Sydney: Was it a Freudian slip by French President Emmanuel Macron? A joke linked to French gastronomy? Or even, a week after his visit to Washington, a parody of President Donald Trump's infamous comments about Macron's wife? Whatever the case, Macron raised eyebrows in Sydney today by calling Australian Prime Minister Malcolm Turnbull's wife "delicious."
Wrapping up a joint news conference during his brief Australian visit, Macron moved to thank the Turnbulls for their hospitality. "I want to thank you for your welcome, thank you and your delicious wife for your warm welcome," he said. The comment quickly sparked some light-hearted reaction on social media and in the Australian press amid lively conjecture about the French leader's intent.
"Macron just said he wanted to thank Malcolm Turnbull and his 'delicious wife'. You can take the man out of France but ...," tweeted Alice Workman, a journalist. Australian ABC News tweeted, "Lost in translation: Emmanuel Macron thanks the PM's 'delicious wife.'"
Despite Macron's deadpan delivery, some observers felt he may have been making a joke. Turnbull had just mentioned Macron's imminent lunch with members of Sydney's French community, and had followed with comments about French gastronomy and wine. Pardoning generalizations about the French obsession with food, Macron minutes earlier had also been talking about shrimp, picking up on Turnbull's comment relating to China's growing influence in the South Pacific, when the Australian leader said that "big fish cannot eat little fish, and little fish cannot eat shrimp." Others felt Macron may simply have slipped up in his use of English, since the French word for delicious — delicieux — also translates as "delightful."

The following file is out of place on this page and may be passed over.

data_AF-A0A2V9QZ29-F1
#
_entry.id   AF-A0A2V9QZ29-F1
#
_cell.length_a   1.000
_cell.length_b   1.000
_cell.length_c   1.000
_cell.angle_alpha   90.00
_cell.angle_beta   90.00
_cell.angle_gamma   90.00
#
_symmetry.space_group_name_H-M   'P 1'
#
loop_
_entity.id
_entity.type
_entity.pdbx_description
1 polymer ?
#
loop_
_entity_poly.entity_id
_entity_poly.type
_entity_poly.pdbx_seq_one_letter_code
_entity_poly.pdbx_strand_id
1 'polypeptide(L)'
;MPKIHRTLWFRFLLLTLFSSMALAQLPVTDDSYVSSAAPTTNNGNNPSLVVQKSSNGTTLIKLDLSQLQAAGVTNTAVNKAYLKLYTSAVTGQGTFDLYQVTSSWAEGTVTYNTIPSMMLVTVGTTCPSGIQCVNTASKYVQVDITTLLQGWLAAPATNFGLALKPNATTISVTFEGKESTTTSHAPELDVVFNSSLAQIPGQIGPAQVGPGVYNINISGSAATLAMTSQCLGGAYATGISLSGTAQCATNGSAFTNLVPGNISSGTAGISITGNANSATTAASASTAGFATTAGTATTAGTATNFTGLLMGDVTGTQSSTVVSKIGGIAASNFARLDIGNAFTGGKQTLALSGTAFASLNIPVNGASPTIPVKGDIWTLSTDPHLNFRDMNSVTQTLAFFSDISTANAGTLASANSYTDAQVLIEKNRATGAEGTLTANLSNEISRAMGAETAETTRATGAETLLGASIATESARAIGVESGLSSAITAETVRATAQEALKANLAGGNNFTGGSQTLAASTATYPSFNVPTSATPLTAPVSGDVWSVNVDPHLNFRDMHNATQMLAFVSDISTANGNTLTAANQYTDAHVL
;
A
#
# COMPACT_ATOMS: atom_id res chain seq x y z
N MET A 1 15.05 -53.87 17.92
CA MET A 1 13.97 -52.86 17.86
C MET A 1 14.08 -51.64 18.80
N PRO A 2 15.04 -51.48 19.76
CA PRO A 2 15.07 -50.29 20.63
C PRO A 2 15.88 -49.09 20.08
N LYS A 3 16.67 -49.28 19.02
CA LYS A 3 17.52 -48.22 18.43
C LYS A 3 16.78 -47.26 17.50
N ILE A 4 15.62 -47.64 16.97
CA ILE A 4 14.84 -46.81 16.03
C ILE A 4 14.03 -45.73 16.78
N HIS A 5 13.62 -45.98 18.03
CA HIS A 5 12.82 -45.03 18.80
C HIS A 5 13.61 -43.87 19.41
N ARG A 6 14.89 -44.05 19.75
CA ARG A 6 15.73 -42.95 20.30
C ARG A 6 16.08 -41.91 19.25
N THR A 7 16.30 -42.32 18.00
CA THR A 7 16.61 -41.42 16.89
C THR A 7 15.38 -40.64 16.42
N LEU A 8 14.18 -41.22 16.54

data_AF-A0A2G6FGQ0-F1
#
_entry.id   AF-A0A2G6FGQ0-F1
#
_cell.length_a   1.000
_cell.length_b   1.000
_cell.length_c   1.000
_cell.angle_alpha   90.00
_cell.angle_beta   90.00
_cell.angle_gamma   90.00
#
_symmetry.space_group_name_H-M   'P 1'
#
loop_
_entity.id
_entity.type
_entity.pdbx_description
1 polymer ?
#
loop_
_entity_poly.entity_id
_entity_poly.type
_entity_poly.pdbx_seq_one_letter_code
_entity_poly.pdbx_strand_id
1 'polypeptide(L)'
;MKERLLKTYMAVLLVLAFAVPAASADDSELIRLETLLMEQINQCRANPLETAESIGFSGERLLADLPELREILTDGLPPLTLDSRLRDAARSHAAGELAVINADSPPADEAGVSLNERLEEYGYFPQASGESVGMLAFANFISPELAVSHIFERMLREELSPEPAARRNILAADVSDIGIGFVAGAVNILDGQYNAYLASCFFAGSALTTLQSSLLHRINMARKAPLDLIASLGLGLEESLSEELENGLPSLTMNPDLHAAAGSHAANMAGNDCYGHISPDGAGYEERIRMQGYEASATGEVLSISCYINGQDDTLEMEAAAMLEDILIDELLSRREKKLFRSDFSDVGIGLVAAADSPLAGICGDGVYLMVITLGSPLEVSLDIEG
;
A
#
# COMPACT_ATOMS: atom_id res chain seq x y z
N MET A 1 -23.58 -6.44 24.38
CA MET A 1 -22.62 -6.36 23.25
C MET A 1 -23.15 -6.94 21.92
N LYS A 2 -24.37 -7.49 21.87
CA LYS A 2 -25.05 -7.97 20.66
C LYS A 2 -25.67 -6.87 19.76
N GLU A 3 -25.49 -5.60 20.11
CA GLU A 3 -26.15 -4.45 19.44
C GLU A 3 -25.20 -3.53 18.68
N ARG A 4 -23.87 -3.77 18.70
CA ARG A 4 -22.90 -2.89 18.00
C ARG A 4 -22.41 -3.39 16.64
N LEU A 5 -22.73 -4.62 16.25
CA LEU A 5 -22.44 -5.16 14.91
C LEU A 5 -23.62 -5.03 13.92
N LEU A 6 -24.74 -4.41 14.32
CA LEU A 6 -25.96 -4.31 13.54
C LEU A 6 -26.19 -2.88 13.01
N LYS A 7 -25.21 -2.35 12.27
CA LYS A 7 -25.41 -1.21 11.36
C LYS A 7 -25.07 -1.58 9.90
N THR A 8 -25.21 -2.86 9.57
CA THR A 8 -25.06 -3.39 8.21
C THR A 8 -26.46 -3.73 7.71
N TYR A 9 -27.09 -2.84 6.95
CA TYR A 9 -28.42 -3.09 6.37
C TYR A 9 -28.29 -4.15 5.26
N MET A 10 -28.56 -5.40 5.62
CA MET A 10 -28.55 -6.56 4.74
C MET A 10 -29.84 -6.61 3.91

The more mischievous may have even considered Macron's comment to possibly be a tongue-in-cheek reference to Trump's visit to Paris last year, when he was caught telling Macron's wife, Brigitte, that she was "in such great shape," before looking to her husband and saying, "Beautiful."
In any case, the moment made headlines in Australia as a somewhat comedic ending to a serious news conference focusing on violent May Day protests in Paris, the Iran nuclear deal and China's growing influence.